Encyclopaedia of Islam, First Edition (1913-1936)

Get access Subject: Middle East and Islamic Studies
Edited by: M. Th.Houtsma, T.W.Arnold, R.Basset and R.Hartmann
The Encyclopaedia of Islam First Edition Online (EI1) was originally published in print between 1913 and 1936. The demand for an encyclopaedic work on Islam was created by the increasing (colonial) interest in Muslims and Islamic cultures during the nineteenth century. The scope of the  Encyclopedia of Islam First Edition Online is philology, history, theology and law until early 20th century. Such famous scholars as Houtsma, Wensinck, Gibb, Snouck Hurgronje, and Lévi-Provençal were involved in this scholarly endeavor. The Encyclopedia of Islam First Edition Online offers access to 9,000 articles.

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ʿAbasa

(10 words)

(a.), title of the eightieth Sūra. [See ḳorʾān.]

Ābaskūn

(106 words)

Author(s): Streck, M.
, or Ābiskūn and Āboskūn, a town situated on the south-east shore of the Caspian Sea, in the province of Ḏj̲ord̲j̲ān, about a day’s journey to the north-west of Astarābād, close to the mouth of the river Ḏj̲ord̲j̲ān-Rūd. It was considered in the Middle Ages, if not as the most important, as one of the most important ports of the Caspian Sea, which for this reason was often called the Sea of Ābaskūn; comp. Barbier de Meynard, Diction, géogr. histor. el littér, de la Perse (Paris, 1861), p. 1; G. le Strange, The Lands of the Eastern Caliphate (Cambridge, 1905), p. 379. (M. Streck)

Ābāza

(958 words)

Author(s): Huart, Cl.
, Turkish name for the Abazes [see abk̲h̲āz], given as a surname to many persons in Ottoman history who descended from those people. 1. Ābāza Pas̲h̲a, taken prisoner at the defeat of the rebel Ḏj̲anbulād, whose treasurer he was, was brought before Murād-Pas̲h̲a and only had his life spared through the intercession of Ḵh̲alīl, agha of the Janizaries, who, having become ḳapūdān-pas̲h̲a, gave him the command of a galley, and conferred upon him the government of Marʿas̲h̲ when he was promoted to the dignity of grand vizier. Later he became governor of Erzerūm…

ʿAbbād

(90 words)

Author(s): Zetterstéen, K. V.
b. Ziyād, governor, nephew of the caliph Muʿāwiya I. His uncle made him governor of Sid̲j̲istān and he occupied the position for seven years. He undertook expeditions against the East and conquered Ḳandahār. Yazīd b. Muʿāwiya, on succeeding his father, dismissed him in 61 (680-681), and in his place appointed his brother Salm b. Ziyād as governor of Sid̲j̲istān and Ḵh̲orāsān. (K. V. Zetterstéen) Bibliography Ṭabarī, ii. 191 et seq. Belād̲h̲orī (ed. de Goeje), pp. 365, 397, 434 Ibn Ḳotaiba (ed. Wüstenf.), p. 177 Ag̲h̲ānī, xvii. 53 et seq.

ʿAbbādān

(112 words)

Author(s): Streck, M.
, the most southern town of Babylonia. Originally it was on an island in the Persian Gulf and was still there in the tenth century; but now it is more than twenty miles from the coast; comp. G. le Strange, The Lands of the Eastern Caliphate (Cambridge, 1905), pp. 44, 48 et seq.; idem, in the Journ. of the Roy. As. Soc., 1895, p. 302; Ch. Schefer, Sefer-Name (Paris, 1881), pp. 245 et seq., and especially note 2 on page 245. As to the situation of ʿAbbādān, comp. especially H. Wagner, in the Nachr. d. Kgl. Gesellsch. d. Wissensch. zu Göttingen, Phil.-hist. Kl., 1902, fasc. 2, p. 255. (M. Streck)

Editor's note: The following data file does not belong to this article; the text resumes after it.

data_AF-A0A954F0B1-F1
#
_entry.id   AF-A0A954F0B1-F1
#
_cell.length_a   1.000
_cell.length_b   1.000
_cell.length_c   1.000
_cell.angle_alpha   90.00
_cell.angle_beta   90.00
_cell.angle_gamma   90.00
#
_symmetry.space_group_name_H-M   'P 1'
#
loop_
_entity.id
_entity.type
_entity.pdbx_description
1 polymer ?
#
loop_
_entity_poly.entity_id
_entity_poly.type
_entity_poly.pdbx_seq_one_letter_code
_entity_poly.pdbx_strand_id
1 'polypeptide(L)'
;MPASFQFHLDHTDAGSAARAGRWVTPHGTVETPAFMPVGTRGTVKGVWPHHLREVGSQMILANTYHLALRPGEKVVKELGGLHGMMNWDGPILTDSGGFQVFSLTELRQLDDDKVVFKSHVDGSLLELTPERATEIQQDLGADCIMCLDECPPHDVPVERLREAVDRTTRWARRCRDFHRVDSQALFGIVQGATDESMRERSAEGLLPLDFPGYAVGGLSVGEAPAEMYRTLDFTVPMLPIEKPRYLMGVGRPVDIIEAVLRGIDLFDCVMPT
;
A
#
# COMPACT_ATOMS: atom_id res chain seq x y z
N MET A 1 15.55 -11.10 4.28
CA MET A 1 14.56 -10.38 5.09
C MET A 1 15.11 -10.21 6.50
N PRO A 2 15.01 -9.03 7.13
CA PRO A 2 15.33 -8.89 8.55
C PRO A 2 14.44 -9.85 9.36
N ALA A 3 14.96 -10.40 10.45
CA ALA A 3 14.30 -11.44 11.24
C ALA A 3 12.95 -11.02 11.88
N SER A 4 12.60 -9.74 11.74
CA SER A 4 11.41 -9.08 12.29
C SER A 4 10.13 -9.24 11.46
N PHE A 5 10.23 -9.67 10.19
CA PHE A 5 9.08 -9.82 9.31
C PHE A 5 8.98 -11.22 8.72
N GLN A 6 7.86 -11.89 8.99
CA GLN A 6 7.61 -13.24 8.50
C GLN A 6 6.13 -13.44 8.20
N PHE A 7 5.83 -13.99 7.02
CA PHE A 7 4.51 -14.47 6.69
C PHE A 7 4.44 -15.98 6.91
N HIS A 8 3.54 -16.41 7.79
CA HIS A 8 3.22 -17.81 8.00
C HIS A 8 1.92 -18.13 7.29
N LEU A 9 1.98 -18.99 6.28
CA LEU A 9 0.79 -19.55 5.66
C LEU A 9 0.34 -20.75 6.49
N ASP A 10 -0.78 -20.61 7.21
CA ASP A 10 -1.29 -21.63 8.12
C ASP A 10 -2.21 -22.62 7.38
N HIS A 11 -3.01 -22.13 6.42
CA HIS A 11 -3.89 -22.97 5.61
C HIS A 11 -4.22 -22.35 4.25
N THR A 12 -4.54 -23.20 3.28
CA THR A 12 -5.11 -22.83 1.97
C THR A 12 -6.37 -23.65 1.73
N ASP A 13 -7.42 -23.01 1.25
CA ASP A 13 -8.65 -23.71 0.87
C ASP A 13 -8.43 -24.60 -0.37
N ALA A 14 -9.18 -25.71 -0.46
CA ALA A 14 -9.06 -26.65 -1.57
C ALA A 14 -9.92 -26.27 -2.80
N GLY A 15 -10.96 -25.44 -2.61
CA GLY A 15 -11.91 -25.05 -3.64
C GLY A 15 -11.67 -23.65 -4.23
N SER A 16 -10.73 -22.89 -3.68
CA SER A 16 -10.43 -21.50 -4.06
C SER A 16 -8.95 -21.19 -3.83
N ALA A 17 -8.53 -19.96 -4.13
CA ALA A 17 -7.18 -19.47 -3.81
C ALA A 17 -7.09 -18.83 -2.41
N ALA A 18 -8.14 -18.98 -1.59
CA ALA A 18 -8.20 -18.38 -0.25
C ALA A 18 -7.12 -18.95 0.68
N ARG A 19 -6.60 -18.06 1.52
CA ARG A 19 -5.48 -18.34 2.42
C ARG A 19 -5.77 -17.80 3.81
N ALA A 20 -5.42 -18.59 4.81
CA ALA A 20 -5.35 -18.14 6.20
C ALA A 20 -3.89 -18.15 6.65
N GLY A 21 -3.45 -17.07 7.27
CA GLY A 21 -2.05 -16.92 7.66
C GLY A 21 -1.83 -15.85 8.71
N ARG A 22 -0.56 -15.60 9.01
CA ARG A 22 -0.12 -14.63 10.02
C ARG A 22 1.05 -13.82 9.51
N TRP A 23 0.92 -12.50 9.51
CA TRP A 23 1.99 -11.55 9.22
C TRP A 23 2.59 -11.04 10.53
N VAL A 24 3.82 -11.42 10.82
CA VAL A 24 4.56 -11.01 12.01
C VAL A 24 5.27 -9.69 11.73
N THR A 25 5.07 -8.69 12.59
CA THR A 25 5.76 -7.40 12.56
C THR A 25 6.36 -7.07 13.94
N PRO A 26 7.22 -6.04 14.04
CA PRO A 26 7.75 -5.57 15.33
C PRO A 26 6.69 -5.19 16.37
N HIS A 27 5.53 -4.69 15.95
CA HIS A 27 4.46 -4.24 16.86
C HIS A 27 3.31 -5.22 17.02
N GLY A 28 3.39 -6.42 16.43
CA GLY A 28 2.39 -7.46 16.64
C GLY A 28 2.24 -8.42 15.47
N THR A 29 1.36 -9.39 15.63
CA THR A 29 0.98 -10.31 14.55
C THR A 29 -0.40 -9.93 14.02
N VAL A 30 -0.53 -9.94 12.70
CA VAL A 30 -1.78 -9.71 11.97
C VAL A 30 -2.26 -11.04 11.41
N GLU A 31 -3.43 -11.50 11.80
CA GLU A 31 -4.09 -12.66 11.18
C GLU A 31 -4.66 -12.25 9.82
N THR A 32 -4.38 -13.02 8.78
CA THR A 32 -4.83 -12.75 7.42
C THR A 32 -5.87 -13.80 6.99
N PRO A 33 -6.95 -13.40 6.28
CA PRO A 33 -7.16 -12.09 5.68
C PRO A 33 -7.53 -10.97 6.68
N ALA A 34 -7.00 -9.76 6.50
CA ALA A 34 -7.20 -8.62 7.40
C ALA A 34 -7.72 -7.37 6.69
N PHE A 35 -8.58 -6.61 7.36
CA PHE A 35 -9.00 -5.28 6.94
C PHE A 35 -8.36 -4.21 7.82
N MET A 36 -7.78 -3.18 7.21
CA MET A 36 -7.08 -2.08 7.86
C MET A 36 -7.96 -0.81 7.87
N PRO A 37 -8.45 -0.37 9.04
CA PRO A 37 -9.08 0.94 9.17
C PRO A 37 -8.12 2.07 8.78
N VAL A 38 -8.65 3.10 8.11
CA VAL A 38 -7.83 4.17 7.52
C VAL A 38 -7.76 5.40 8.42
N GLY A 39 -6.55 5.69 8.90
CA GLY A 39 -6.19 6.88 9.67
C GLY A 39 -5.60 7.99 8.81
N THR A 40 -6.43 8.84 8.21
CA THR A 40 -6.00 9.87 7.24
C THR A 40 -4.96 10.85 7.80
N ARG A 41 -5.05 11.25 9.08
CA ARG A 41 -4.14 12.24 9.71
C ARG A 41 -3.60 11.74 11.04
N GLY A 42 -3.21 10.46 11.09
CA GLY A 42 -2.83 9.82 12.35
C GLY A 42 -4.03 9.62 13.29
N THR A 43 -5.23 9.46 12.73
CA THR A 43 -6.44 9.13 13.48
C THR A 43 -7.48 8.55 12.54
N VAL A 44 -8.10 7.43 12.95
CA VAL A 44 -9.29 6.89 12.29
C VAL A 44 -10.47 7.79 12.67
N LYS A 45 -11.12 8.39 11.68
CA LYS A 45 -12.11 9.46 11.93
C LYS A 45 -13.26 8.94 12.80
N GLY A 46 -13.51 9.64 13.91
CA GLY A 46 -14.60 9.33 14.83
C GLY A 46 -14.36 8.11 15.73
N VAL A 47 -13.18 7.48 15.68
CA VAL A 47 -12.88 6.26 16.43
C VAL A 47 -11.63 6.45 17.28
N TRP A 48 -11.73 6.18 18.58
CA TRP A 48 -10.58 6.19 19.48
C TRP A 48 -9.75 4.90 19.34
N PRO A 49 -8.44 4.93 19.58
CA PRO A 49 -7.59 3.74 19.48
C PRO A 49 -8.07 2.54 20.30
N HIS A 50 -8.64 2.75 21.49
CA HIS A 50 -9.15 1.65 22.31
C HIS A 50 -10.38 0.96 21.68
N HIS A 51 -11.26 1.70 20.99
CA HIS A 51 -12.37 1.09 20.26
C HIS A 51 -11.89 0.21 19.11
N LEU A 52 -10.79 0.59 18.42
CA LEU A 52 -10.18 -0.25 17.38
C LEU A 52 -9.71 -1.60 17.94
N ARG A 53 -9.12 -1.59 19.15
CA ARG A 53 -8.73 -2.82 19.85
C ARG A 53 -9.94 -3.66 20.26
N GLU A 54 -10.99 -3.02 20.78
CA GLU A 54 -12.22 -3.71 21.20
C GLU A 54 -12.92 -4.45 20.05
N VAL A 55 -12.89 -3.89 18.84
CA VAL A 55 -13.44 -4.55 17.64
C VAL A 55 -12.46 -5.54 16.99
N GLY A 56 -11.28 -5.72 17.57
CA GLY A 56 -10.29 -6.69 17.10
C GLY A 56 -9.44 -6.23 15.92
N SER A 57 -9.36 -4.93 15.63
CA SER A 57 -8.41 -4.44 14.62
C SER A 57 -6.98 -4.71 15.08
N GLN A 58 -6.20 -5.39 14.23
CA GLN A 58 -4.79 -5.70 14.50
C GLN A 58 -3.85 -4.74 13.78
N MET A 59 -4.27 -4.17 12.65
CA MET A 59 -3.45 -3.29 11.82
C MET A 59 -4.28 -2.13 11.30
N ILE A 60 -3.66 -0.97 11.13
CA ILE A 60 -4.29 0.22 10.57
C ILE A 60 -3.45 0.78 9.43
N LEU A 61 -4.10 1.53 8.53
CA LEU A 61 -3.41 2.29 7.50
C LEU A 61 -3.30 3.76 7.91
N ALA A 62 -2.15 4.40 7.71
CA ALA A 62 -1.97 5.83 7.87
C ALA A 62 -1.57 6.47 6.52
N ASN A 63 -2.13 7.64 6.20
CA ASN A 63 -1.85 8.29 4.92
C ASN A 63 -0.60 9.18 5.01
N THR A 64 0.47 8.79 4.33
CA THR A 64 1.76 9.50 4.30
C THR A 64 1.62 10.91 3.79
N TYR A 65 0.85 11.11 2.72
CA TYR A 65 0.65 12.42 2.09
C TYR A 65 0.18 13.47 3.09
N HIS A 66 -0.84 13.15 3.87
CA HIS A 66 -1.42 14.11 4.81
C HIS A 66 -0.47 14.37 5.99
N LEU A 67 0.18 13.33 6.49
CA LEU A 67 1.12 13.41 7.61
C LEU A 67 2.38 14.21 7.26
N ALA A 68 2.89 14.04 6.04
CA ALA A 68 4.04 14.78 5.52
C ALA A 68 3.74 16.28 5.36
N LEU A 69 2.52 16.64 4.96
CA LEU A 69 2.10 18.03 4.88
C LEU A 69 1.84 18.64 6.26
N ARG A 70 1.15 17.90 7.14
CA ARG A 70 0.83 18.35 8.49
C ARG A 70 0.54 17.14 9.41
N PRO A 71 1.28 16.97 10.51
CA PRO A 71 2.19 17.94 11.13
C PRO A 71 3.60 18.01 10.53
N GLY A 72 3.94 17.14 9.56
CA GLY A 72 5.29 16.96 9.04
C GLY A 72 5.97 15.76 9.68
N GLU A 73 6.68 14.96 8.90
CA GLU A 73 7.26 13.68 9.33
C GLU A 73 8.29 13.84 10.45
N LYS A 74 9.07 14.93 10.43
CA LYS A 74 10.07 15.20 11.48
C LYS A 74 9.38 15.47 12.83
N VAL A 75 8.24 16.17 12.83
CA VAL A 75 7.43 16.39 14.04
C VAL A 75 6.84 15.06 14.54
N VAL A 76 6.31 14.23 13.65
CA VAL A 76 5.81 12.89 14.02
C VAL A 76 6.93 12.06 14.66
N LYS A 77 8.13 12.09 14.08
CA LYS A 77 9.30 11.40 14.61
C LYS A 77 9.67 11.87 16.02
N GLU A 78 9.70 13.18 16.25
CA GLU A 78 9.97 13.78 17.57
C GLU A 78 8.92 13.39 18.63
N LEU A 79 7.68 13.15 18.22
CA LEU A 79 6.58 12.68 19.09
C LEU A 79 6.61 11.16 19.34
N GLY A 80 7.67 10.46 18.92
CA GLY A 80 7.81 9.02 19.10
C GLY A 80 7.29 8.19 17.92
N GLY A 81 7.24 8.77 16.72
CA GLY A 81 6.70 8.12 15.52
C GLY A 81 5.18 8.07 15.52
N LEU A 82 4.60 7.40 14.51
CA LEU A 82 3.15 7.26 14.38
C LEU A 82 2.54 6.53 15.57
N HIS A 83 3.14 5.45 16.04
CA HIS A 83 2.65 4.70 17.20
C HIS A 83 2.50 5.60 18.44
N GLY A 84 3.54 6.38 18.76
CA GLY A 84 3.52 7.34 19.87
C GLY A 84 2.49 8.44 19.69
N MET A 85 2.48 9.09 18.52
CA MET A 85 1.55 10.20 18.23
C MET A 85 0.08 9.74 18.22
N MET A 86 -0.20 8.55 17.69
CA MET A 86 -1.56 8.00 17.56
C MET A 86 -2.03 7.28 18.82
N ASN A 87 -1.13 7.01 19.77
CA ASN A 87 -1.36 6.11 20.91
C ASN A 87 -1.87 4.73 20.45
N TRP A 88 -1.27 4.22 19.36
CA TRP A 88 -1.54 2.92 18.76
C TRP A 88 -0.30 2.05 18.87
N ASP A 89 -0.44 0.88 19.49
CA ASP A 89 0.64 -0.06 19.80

ʿAbbādānī

(33 words)

, twisted rush work, deriving its name from ʿAbbādān, although it is made in other places, Egypt for example. See A. von Kremer, Culturgesch. des Orients unter den Chalifen, ii. 298.

al-ʿAbbādī

(202 words)

Author(s): Houtsma, M. Th.
The following persons are known under this nisba: 1. Abū ʿĀṣim Muḥammed b. Aḥmed b. Muḥammed b. ʿAbd Allāh b. ʿAbbād al-ʿAbbādī, often called al-Ḳāḍi ‘l-Harawī, celebrated S̲h̲āfiʿite jurisconsult, born in 375 (985) at Herāt and died there in S̲h̲awwāl 485 (1066). He undertook distant travels and wrote several works, the. titles of which are enumerated by Ibn Ḵh̲allikān. Bibliography Ibn Ḵh̲allikān (ed. Wüstenf.), No. 558 Wüstenfeld, Schāfiʿiten, p. 204 Brockelmann, Gesch. d. arab. Litter., i. 386. 2. Ḳuṭb al-Dīn Abū Manṣūr al-Muhẓaffar b. Ards̲h̲īr al-ʿAbbādī (so called from hi…

ʿAbbādides

(218 words)

Author(s): Seybold, C. F.
, Arabic dynasty of Seville, which reigned from 414 (or 422) to 484 = 1023 (or 1031)—1091. The ʿAbbādides founded the most important and brilliant principality amongst the numerous little states which arose in the eleventh century on the dismemberment of the Mussulman empire in Spain after the fall of the Umaiyad caliphate of Cordova (422 = 1031). These petty kings were called Reyes de Taifas, in Arabic: Mulūk al-Ṭawāʾif, like the dynasties founded by the successors of Alexander. The founder of the dynasty was the ḳādī Abu ’l-Ḳāsim Muḥammed I b. Ismaʿīl, of the Y…

al-ʿAbbās

(70 words)

Author(s): Zetterstéen, K. V.
b. al-Maʾmūn. For Ṭuwāna in this article, read al-Tuwana; s. Seybold, in G. G. A., 1920, p. 190. (K. V. Zetterstéen) Bibliography Add: Yaʿḳūbī, ed. Houtsma, ii. 558,567 sq., 574 sq., 581 Masʿūdī, Murūd̲j̲, ed. Paris, vii. 102 sq., 136 sq. Fragm. Hist, Arab

ʿAbbās

(852 words)

Author(s): Becker, C. H.
b. Abi ’l-Futūḥ, his full name, al-Afdal Rukn al-Dīn Abu ’l-Fadl ʿAbbās b. Abi ’l-Futuḥ b. Tamīm b. Muʿizz b. Bādīs al-Ṣinhād̲j̲ī

al-ʿAbbās

(872 words)

Author(s): Buhl, Fr.
b. ʿAbd al-Muṭṭalib…

al-ʿAbbās

(55 words)

Author(s): Zetterstéen, K. V.
b. al-Walīd. (K. V. Zetterstéen) Bibliography
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